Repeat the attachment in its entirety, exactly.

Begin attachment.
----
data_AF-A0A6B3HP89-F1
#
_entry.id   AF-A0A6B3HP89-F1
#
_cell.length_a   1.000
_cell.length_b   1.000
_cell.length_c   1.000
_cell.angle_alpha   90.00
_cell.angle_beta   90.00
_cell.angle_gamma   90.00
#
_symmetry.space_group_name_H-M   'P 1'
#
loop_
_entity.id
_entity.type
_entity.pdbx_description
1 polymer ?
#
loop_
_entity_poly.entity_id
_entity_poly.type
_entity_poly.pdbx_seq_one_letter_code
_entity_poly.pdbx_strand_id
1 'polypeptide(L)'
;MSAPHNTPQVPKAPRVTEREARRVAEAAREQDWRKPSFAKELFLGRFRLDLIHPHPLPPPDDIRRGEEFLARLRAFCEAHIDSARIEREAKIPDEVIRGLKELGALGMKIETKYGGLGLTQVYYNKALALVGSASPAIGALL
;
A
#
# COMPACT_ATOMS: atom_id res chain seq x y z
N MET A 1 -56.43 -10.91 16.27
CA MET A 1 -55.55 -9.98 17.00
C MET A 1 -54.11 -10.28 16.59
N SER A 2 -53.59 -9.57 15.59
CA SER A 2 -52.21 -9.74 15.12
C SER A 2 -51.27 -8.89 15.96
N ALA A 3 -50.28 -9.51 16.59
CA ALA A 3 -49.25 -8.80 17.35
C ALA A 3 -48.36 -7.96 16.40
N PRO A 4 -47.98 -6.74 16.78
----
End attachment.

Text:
data_AF-A0A6B3HP89-F1
#
_entry.id   AF-A0A6B3HP89-F1
#
_cell.length_a   1.000
_cell.length_b   1.000
_cell.length_c   1.000
_cell.angle_alpha   90.00
_cell.angle_beta   90.00
_cell.angle_gamma   90.00
#
_symmetry.space_group_name_H-M   'P 1'
#
loop_
_entity.id
_entity.type
_entity.pdbx_description
1 polymer ?
#
loop_
_entity_poly.entity_id
_entity_poly.type
_entity_poly.pdbx_seq_one_letter_code
_entity_poly.pdbx_strand_id
1 'polypeptide(L)'
;MSAPHNTPQVPKAPRVTEREARRVAEAAREQDWRKPSFAKELFLGRFRLDLIHPHPLPPPDDIRRGEEFLARLRAFCEAHIDSARIEREAKIPDEVIRGLKELGALGMKIETKYGGLGLTQVYYNKALALVGSASPAIGALL
;
A
#
# COMPACT_ATOMS: atom_id res chain seq x y z
N MET A 1 -56.43 -10.91 16.27
CA MET A 1 -55.55 -9.98 17.00
C MET A 1 -54.11 -10.28 16.59
N SER A 2 -53.59 -9.57 15.59
CA SER A 2 -52.21 -9.74 15.12
C SER A 2 -51.27 -8.89 15.96
N ALA A 3 -50.28 -9.51 16.59
CA ALA A 3 -49.25 -8.80 17.35
C ALA A 3 -48.36 -7.96 16.40
N PRO A 4 -47.98 -6.74 16.78